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Barton Blog / Healthcare News and Trends

What Do You Mean I Have No Say?

Posted on: July 25, 2019

Advocacy Intext

My medical license was in jeopardy due to billing issues in which I had no control. Not sure where to turn, I reached out to my state organization. They directed me to specific wording in which I needed to show the billing manager. They were even willing to answer questions for the office, if needed.  

When I was a new PA and single mother, the only thing on my mind was the perfect position and making money. I joined all the ‘right’ organizations, but after a while, I let my memberships lapse because, why was I giving money to an outside source in which I saw no benefit?

Besides…. raising daughters is an expensive proposition. Advocacy was for other people. Only when I needed aid did I realize that professional organization do more than collect dues.

Questions I hear frequently are “How do I get involved?” or “What can I do?”. Being involved is a good way to network with colleagues, but many have concerns: “I am too busy with [insert here]” or ”I am just a student” are a few.

Being involved can mean as much, or as little as you want. As I have grown in my profession and advocacy efforts, I realized there are many things that require little time. You don’t need special circumstances to contribute.

Just do it!

  1. Join your state organization: This is where policy and laws begin. Board members, while elected, volunteer their time to make practicing medicine better for all providers and for the greater good of the patient. You can find the state chapters of the AAPA here.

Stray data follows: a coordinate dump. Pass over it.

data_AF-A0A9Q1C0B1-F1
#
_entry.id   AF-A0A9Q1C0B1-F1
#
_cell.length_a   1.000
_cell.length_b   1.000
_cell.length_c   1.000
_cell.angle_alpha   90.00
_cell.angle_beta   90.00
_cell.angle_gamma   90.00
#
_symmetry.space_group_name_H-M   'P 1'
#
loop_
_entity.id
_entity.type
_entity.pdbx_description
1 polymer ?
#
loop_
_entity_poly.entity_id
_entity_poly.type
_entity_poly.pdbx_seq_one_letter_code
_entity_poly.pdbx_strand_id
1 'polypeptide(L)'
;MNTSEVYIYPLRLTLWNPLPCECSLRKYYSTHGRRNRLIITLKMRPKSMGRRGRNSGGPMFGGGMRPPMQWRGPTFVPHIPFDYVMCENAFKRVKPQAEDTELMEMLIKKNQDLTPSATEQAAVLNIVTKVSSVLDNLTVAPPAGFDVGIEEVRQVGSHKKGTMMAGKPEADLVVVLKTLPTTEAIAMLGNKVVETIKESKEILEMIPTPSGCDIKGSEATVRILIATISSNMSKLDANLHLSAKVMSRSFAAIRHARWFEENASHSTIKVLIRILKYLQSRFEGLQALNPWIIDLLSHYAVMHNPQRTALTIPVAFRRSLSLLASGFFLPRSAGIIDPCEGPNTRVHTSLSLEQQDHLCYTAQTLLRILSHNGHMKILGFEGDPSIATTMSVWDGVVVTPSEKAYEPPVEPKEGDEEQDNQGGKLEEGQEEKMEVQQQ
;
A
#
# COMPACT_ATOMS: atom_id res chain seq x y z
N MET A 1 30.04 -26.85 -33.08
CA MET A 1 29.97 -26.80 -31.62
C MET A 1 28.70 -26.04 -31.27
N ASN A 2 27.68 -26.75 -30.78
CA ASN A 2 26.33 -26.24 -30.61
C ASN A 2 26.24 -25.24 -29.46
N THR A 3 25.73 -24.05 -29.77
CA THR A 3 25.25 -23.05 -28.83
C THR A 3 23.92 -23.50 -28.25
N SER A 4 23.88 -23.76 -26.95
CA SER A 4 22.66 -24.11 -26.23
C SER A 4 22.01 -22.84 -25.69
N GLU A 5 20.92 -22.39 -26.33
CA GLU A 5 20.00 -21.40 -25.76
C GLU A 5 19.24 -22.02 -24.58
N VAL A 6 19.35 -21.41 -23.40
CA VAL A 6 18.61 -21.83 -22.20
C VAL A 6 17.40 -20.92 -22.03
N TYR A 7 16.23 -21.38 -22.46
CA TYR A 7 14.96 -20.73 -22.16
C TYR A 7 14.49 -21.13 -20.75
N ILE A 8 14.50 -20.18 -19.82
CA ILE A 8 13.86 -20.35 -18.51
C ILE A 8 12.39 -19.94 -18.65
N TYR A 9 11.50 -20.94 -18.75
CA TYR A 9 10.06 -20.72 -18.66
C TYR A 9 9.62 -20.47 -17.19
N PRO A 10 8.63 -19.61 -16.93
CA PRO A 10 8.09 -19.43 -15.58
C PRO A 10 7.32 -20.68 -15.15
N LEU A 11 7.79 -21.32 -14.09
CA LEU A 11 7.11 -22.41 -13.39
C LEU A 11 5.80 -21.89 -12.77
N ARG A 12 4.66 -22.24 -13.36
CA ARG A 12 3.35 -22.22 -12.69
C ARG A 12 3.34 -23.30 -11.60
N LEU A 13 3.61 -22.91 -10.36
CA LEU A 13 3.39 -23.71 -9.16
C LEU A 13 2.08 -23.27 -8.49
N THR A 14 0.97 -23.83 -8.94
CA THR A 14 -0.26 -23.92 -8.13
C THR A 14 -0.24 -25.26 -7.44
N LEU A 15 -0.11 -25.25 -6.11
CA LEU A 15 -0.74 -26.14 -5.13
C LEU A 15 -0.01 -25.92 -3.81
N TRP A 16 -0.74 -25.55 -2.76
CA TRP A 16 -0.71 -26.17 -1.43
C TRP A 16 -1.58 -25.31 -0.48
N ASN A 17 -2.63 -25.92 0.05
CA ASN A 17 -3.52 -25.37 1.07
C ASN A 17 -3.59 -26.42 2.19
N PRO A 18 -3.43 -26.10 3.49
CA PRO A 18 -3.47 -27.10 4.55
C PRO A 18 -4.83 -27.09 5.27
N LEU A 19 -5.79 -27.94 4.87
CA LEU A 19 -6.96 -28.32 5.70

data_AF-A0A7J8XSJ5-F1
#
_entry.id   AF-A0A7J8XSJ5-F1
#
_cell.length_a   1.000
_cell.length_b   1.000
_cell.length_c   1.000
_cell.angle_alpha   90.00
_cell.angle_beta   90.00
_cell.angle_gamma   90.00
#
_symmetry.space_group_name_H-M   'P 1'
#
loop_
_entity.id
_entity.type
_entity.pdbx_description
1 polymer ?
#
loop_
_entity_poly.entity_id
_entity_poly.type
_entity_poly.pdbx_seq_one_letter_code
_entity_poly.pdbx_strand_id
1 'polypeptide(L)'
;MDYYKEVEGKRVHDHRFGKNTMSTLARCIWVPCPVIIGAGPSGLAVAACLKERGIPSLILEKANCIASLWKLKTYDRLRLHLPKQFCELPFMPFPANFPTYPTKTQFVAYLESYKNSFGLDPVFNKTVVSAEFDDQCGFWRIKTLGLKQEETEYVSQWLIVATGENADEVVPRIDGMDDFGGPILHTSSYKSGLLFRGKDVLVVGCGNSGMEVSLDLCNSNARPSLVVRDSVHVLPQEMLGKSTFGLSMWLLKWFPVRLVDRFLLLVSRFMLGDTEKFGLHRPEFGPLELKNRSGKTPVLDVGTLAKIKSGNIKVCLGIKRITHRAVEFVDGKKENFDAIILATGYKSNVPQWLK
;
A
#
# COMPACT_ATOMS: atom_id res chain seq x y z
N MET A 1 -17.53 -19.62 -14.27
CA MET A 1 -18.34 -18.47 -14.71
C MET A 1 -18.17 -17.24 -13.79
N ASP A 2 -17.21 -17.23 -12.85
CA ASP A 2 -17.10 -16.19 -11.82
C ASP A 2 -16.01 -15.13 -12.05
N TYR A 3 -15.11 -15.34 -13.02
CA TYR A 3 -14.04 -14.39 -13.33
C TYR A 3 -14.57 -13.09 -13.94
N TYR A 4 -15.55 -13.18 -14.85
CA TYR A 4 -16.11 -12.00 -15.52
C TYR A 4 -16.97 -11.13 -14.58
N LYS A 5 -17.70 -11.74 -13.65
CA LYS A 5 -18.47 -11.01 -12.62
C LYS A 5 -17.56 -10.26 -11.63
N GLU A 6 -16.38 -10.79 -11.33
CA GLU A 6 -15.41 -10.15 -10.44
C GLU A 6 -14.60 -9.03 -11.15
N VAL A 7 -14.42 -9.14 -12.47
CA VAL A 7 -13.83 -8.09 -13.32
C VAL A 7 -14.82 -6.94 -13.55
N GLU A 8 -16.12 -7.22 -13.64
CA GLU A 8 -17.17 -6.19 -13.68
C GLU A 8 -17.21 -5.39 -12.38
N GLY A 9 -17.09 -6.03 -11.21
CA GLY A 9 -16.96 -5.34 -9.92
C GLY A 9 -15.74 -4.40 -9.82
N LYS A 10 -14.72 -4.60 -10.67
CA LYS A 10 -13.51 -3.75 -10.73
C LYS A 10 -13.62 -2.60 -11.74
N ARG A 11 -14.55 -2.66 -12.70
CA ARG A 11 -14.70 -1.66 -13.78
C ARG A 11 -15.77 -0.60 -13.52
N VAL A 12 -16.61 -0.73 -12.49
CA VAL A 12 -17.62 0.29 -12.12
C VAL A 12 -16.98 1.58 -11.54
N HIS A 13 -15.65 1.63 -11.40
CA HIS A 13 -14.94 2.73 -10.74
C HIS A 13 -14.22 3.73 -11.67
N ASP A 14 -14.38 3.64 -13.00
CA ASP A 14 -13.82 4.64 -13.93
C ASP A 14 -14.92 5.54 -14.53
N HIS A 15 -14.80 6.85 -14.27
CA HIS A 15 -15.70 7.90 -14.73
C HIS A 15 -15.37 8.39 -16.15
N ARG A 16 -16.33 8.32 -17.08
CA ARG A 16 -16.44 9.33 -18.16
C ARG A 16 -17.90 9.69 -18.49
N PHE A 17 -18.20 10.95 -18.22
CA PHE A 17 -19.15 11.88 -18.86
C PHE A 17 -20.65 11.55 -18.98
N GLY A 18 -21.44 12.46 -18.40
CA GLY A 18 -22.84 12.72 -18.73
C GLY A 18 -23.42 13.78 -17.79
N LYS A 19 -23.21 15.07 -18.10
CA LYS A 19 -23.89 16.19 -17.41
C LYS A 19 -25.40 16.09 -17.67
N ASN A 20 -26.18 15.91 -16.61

2. Join your national organization: While policy is made at the state level, a singular voice of a national organization lends to a collective whole.
  3. Donate to your PAC (Political Action Committee): State AND national. While your dues help support staff, a donation to your PAC is, by law, a separate contribution. These funds can only be used to represent a group’s particular political interests. Without PACs, we have no voice.
  4. Join a committee: Again, at state and national levels. Our organizations are run by volunteers that were either elected or appointed. Volunteering can be rewarding no matter how little, as long as YOU are doing it.
  5. Write to Congress: Not enough can be said about voicing your concern to those directly involved in lawmaking. Handwritten letters, emailing, and social media outlets give boost to asserting your thoughts on matters. You can actually have specific laws delivered directly to your email to keep you aware of particular interests.

Ready to have a voice as a locum? Contact a recruiter today to get started!

Kris Pyles-Sweet, PA
About Kris Pyles-Sweet, PA

Kris Pyles-Sweet is a 1999 PA graduate of Kettering College, with her undergrad from Miami University in Ohio. She also has a Masters of Science degree from AT Still University, specializing in education and leadership. She has a diverse background in dermatology, endocrinology, and rural health. She has spent most of her career in rural, military, Indian, underserved and indigent populations all over the United States. She has also remained active in PA chapters in states in which she resides. Currently, she is on the Membership and CME committee of Texas Academy of PAs, peer reviewer for JAAPA, Clinician Reviews, and various committees for NCCPA and AAPA. She was a member of the PAFT National Task Force For PA Autonomy (NTFPA). A strong advocate for the PA and the PA profession, she is the founder of two practices, Modern Medical House Calls and Metroplex Visiting Physicians in Texas. Currently, Kris is the Treasurer of PAs for Tomorrow and Chief Delegate for Geriatric Medicine PAs. 

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